A growing number of U.S. consumers are embarking on a quest to eat healthy, and many believe that greenhouse-grown produce will help them achieve that goal. Most are unaware, however, that there’s been a controversy brewing in that category for years, and the debate finally could be resolved in April.

Without a doubt, greenhouse-grown produce is in growth mode.

There are nearly 15,000 acres of “food crops grown under protection,” which includes cloth houses and other structures as well as greenhouse production, in North America, according to the USDA’s U.S. Census of Agriculture. Of the total, 2,250 acres are in the U.S., 3,608 acres are in Canada, and 9,084 acres are in Mexico.

Greenhouse acreage grows every year, says greenhouse vegetable consultant Gary Hickman, a retired greenhouse horticultural adviser for the University of California, Davis who now operates Cuesta Roble Consulting in Mariposa, Calif.

U.S. production alone gained more than 800 acres since 2007, and Hickman says plans are in the works for 1,247 new acres in the U.S., 810 acres in Mexico and 385 acres in Canada in 2017.

Worldwide, Hickman, who makes a wealth of greenhouse data available through his website — cuestaroble.com — estimates that about 7,000 acres of new greenhouse construction has been funded and is under construction or about to begin construction.

Tomatoes make up the biggest greenhouse category with 978 acres in the U.S. Herbs are second with 318 acres; lettuce has 99 acres; bell peppers account for 81 acres; strawberries represent 14 acres; and “others,” including eggplants and snow peas, make up 399 acres.

Consumers perceive greenhouse produce as “superior” to conventionally grown products and may pay more for it, Hickman says.


The controversy

At the same time, many of these consumers have a penchant for organic vegetables. That’s where the controversy lies.

Currently, greenhouse-grown produce — regardless of whether it’s grown hydroponically in a greenhouse or in soil in a field — can be certified “organic” in most states as long as it meets standards set by the National Organic Program. Greenhouse vegetables typically are grown in an inert medium such as perlite or sand — not soil — and that doesn’t sit well with some in the field-grown community.

They say that hydroponically grown vegetables should not be certified organic because they are not grown in soil and, thus, don’t meet USDA requirements for sustaining the soil.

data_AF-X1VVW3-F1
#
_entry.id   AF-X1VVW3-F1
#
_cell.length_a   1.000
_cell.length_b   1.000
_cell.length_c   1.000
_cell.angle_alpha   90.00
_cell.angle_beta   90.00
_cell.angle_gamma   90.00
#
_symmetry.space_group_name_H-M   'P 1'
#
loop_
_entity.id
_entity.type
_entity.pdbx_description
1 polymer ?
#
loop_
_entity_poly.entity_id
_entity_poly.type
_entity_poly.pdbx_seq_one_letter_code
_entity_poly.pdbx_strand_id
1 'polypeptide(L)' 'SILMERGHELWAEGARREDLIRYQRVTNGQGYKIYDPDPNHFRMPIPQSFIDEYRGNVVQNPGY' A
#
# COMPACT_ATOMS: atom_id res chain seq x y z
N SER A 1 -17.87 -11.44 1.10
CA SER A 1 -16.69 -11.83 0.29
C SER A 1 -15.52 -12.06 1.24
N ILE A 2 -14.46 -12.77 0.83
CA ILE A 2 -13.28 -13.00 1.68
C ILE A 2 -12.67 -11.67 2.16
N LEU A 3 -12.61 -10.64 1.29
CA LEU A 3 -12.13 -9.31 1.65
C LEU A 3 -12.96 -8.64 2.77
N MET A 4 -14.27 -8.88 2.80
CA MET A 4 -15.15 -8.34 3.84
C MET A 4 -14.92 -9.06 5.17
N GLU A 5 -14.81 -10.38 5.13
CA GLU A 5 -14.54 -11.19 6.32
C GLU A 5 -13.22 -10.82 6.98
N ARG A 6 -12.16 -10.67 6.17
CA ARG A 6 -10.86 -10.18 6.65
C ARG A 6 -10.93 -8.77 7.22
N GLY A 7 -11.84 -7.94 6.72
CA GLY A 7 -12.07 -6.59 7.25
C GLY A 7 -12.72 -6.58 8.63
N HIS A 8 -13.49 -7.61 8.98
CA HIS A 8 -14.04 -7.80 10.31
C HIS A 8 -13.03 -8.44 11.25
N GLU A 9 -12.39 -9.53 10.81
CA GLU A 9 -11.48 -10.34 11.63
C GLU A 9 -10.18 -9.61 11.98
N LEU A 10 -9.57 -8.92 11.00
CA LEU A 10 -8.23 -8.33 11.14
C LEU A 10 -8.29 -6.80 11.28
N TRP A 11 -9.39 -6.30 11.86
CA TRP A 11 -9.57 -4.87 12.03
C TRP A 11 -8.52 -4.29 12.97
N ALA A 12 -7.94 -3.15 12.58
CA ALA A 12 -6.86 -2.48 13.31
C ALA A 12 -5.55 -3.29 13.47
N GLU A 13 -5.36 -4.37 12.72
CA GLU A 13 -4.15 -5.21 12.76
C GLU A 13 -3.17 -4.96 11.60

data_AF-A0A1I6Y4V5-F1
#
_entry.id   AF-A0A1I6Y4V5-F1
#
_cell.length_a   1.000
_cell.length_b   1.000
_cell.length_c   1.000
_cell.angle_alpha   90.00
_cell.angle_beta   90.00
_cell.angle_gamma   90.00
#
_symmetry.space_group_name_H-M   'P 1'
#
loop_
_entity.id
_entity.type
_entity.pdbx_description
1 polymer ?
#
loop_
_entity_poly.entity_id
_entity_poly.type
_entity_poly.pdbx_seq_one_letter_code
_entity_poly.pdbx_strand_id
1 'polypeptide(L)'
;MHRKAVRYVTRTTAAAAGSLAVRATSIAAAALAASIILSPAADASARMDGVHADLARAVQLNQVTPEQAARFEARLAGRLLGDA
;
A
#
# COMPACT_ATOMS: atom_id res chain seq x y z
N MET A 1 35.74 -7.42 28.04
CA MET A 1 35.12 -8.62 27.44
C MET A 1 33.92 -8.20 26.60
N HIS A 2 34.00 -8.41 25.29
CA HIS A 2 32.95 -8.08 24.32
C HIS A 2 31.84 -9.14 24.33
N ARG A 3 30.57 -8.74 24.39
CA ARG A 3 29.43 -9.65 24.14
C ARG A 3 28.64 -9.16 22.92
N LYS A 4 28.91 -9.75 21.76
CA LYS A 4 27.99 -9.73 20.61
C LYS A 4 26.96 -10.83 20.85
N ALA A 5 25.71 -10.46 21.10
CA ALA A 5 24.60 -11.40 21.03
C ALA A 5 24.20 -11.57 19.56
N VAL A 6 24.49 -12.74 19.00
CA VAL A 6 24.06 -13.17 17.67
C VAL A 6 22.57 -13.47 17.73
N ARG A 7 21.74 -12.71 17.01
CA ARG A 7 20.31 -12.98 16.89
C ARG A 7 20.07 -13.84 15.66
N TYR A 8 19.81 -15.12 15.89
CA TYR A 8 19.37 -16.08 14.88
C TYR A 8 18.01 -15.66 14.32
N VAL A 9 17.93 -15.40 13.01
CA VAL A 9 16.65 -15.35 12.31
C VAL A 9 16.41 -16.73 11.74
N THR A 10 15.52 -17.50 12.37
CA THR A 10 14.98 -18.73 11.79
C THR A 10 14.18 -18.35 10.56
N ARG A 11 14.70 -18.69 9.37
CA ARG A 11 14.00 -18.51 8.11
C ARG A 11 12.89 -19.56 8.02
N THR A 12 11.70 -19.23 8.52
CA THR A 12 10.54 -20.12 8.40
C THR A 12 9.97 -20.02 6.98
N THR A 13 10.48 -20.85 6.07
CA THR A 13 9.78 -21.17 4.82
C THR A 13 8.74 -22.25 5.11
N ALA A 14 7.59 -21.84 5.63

Greenhouse hydroponic growers say their product is grown without toxic pesticides, meets the specific requirements for organic and should be able to be labeled as such.

Experts, Hickman included, say the official definition is “nebulous.”

The National Organics Standards Board, which makes recommendations to the National Organic Program, has made conflicting recommendations, says Sam Jones, a USDA spokesperson.

“In 1995, NOSB recommended that hydroponic production in soilless media could be certified organic if it was done in compliance with organic regulations,” Jones says. “In 2010, when they were reviewing greenhouse production systems, NOSB took a different position and recommended that hydroponics should not be certified organic.”

Currently, NOP allows hydroponically grown products to be certified organic. NOSB might address the issue at its April meeting in Denver; however, the agenda had not been finalized as of late January.


Affect on innovation

“If they change the definition, it’s going to make a big impact on greenhouse organic vegetables,” Hickman says.

Jeff Cordulack, executive director of the Northeast Organic Farming Association of Connecticut, says he doesn’t like the idea of the two sides — hydroponic growers and soil-based growers — “drawing a circular firing squad against each other.”

But he seems to lean toward the soil-based growers.

“We’re all fans of good, clean, fairly priced food,“ he says, “but growing plants within soil and its complex soil food web is a different approach to growing than the hydroponic method.

“The hydroponic systems are unlikely to be designed in a way that will allow for a complex microbial food web to be established for the roots to interact with,” he says.

The industry needs to keep an open mind, says Ricardo Crisantes, general manager at Wholesum Family Farms, Nogales, Ariz., a greenhouse operation with facilities in the U.S. and Mexico. He says field growers “want to narrowly define organic to their way of growing.”

“We’re finding out there’s not just one way of growing,” Crisantes says. “There’s a plethora of methods of growing. If we’re going to see an organic industry that’s vibrant, we don’t need to stifle innovation.”

Cordulack says he supports recognizing hydroponic growers who don’t use synthetic materials, but he adds, “This should not be confused with organic growing as we’ve traditionally approached it.

“For now,” Cordulack says, “we think it’s best to keep hydroponic out of organic certification and allow them to get some other recognition for not using synthetics.”

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